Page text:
Hal Schlotzhauer was one of my painting professors in undergraduate school. He was born In New York and arrived in Montana from the Bay Area where he grew up. He was handsome, tan, friendly and soft-spoken. I think he had been a surfer, too. His large paintings and drawings were aggressive and full of action. They were bright, complex, crowded and spacial. They were loaded and appeared completely abstract at first glance, but the longer and deeper you looked, the more figurative they became. He casually told me once that "there's no difference between abstraction and representation. It's only a matter of how the elements are assembled and how they relate to each other that shifts a piece one way or the other."
One Friday afternoon during Spring quarter, I met with him in the empty painting studio where I had set up a few canvasses. I sat on the base of a wooden easel leg and he sat next to me on a hard-backed chair. I don't remember exactly how long we sat there before either of us said anything, but It felt like at least five minutes. I began to get nervous and started to feel pretty certain that he must really hate them and was just searching for a gentle way to tell me. He finally said, "how's your love life?" I was taken back a bit and eventually responded with "what love life?" "That makes sense," he said. I felt totally exposed and confused. They weren't figurative, or sexual, and didn't feel erotic to me in any way. Those notions weren't what I thought I was thinking about while I was working on them, but once he said it and I tried to look through that lens, I think I kind of saw what he meant. It wasn't about literal figures, or symbols; it was about what he was feeling in front of them. Nothing more was said about my lack of a love life and we continued talking about other art-making things, as if nothing had shifted.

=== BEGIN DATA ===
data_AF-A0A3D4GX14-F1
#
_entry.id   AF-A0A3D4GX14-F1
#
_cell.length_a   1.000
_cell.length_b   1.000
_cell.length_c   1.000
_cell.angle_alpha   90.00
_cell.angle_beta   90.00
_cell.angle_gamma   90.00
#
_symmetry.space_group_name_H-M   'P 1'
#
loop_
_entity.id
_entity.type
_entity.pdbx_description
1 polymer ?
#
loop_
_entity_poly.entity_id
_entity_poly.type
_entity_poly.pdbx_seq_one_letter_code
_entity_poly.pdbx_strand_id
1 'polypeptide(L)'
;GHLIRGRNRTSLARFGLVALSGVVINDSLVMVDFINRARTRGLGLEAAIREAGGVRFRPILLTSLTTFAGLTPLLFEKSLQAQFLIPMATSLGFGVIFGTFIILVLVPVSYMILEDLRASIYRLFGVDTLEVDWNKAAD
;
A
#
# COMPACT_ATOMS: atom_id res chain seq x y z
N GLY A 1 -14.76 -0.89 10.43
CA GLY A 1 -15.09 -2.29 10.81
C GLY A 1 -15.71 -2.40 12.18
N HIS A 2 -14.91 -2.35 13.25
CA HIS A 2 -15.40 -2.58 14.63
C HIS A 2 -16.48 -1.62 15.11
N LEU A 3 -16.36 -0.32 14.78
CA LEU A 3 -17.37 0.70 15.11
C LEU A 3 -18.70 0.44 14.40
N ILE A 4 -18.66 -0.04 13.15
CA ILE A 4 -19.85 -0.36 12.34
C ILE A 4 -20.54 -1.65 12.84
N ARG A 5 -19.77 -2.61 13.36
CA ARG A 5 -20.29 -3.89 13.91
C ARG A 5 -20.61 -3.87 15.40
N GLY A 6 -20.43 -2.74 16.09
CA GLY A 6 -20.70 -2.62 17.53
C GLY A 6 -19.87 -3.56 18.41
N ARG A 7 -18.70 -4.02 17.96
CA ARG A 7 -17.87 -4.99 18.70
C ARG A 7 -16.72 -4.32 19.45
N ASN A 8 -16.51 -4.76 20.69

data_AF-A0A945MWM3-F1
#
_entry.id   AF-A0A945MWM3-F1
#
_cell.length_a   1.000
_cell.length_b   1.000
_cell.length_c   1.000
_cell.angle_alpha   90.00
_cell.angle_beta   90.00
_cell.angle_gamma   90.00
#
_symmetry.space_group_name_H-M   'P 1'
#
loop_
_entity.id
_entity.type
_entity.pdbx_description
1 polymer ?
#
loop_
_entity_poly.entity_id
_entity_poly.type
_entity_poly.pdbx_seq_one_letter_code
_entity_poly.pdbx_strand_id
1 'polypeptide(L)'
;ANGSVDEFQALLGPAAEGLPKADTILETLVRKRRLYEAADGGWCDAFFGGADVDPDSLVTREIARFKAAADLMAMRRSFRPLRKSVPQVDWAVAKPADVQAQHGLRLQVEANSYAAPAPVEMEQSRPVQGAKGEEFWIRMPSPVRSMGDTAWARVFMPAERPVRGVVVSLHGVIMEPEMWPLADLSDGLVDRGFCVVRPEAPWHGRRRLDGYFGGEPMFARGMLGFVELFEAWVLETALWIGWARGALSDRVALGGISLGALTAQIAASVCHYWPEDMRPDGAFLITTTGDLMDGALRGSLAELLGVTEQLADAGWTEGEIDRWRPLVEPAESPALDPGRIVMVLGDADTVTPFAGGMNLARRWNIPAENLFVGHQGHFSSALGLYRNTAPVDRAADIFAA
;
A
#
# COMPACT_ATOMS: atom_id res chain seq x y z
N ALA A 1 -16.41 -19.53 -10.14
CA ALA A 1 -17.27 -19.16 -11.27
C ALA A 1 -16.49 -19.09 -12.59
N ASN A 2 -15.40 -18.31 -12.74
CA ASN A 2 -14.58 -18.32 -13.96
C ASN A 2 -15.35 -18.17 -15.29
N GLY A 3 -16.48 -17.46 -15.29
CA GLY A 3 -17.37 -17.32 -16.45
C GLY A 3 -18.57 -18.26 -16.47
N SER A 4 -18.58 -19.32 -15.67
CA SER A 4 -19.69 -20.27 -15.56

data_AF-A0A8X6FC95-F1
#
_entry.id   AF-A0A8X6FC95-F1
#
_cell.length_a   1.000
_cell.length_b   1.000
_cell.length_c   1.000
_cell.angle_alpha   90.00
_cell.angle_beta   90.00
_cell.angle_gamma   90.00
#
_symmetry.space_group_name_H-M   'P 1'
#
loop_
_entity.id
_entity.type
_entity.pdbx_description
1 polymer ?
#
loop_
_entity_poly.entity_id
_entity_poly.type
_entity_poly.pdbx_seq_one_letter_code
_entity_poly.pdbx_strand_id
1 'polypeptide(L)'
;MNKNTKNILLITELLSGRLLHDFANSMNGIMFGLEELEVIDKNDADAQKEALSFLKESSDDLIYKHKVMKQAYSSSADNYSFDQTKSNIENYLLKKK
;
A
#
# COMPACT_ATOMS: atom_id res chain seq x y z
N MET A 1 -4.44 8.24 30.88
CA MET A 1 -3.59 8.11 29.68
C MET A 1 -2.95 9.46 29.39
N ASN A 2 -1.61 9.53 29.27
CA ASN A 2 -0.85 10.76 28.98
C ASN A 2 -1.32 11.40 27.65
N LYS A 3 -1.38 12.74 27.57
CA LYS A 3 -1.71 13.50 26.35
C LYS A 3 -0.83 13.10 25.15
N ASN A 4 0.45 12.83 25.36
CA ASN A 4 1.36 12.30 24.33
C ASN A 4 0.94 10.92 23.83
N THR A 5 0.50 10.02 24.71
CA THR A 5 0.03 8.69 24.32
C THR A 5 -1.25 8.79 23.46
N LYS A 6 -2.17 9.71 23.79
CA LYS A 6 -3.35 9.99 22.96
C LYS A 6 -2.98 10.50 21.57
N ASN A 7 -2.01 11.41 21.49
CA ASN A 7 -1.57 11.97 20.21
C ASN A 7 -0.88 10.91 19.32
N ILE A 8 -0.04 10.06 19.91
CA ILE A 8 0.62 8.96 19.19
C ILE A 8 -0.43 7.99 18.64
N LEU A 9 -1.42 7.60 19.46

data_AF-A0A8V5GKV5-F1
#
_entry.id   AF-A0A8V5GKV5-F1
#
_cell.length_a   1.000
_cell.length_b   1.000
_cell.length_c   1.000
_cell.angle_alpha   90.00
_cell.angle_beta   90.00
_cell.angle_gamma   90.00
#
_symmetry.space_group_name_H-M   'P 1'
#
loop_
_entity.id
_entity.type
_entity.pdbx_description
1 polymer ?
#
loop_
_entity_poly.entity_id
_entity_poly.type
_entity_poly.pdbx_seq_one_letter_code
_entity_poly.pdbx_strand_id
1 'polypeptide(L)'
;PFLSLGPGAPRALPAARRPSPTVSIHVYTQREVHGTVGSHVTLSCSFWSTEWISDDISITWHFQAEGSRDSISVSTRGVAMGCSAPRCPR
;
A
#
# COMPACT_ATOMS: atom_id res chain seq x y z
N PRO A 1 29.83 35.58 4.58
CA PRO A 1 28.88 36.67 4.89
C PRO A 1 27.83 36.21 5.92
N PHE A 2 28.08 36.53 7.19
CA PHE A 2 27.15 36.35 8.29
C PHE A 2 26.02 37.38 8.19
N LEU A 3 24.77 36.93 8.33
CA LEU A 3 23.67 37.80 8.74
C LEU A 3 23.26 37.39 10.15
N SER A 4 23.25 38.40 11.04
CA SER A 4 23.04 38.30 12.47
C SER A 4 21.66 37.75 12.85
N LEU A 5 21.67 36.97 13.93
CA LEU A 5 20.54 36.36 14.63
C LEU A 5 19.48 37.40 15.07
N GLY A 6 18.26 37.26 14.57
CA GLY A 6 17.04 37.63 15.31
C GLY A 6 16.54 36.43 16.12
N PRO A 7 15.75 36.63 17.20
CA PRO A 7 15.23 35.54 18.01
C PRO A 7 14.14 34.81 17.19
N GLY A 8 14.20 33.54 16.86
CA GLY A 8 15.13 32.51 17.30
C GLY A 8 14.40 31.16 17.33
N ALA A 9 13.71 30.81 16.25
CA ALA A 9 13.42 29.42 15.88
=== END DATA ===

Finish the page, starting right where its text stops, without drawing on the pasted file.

© C. Davidson